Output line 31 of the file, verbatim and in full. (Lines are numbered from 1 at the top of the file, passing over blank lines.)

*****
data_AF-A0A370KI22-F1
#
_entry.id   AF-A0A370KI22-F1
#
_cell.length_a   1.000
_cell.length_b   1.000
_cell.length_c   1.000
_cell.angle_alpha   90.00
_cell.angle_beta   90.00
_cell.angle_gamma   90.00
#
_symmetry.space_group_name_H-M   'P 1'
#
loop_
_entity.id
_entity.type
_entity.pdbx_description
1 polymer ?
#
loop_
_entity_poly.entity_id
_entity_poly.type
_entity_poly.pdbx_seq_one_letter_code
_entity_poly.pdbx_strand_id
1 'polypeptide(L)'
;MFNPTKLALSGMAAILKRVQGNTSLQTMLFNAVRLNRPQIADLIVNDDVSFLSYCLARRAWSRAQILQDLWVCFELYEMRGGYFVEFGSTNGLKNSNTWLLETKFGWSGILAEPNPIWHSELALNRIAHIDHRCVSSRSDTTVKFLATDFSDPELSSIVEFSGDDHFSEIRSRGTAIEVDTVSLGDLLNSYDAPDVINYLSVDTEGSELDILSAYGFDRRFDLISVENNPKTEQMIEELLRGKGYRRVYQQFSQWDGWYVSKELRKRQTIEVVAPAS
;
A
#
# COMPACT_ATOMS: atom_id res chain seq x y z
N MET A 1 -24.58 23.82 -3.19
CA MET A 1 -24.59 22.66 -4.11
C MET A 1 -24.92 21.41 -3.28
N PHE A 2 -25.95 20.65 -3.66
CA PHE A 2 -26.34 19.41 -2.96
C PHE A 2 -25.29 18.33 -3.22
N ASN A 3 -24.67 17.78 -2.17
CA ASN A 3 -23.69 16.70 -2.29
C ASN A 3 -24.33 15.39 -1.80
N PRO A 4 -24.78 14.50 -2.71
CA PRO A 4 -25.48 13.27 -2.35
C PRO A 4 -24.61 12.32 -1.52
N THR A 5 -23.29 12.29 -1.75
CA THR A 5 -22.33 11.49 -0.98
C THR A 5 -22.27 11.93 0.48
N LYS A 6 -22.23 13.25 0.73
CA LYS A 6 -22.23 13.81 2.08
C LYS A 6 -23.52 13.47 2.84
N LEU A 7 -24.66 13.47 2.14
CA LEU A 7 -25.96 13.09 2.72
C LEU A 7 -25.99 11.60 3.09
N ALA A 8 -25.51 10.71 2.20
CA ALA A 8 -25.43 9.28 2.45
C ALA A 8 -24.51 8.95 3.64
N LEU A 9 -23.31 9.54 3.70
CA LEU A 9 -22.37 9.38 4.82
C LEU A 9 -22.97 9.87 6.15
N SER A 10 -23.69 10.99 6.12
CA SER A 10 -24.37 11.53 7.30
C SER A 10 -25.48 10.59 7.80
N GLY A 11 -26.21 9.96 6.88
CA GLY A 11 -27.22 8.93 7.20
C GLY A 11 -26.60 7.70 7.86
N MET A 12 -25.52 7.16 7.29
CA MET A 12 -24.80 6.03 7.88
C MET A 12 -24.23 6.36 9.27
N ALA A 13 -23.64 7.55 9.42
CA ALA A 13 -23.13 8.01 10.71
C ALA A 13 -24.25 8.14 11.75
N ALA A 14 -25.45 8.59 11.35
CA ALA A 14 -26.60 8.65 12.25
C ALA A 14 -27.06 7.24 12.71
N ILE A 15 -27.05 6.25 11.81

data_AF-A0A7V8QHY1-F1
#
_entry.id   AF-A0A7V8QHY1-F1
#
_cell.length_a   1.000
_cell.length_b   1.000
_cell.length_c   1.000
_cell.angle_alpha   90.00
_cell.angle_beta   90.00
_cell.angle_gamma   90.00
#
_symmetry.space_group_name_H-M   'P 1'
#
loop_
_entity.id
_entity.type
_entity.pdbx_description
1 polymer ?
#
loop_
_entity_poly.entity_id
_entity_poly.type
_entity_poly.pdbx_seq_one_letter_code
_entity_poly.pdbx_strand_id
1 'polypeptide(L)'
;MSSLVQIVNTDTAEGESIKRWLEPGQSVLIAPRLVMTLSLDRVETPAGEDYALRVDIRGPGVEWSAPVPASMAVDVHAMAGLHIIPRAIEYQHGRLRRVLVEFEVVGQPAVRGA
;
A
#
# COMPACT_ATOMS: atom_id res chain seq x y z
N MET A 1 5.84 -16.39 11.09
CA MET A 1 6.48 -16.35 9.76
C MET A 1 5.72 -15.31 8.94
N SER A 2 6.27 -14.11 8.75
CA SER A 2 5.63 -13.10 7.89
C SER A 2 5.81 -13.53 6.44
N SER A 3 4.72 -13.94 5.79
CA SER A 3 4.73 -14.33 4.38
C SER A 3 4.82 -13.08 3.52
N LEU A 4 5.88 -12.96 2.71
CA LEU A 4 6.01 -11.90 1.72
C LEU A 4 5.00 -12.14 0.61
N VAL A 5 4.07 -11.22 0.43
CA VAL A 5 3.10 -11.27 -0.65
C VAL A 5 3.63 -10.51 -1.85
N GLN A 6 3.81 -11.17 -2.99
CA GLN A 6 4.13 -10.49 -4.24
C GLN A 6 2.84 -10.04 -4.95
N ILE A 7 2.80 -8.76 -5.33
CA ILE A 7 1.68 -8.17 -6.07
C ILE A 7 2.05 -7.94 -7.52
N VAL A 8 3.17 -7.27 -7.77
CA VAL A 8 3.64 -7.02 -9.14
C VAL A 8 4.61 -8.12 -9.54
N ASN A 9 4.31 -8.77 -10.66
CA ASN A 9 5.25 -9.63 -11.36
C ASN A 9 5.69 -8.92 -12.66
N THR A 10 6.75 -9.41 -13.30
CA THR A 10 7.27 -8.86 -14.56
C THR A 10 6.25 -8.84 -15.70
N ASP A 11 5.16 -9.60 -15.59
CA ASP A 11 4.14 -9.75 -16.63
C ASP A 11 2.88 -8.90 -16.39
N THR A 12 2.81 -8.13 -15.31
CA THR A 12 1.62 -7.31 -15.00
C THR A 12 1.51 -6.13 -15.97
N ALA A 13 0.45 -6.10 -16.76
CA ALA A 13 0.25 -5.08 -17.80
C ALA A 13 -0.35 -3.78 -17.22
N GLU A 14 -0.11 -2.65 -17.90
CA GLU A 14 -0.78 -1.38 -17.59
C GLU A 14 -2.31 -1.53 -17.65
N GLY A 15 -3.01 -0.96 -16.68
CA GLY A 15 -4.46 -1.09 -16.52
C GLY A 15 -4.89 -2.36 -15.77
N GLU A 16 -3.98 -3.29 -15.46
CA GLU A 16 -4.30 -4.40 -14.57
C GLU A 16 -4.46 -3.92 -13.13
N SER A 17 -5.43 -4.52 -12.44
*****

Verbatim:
N MET A 1 -24.58 23.82 -3.19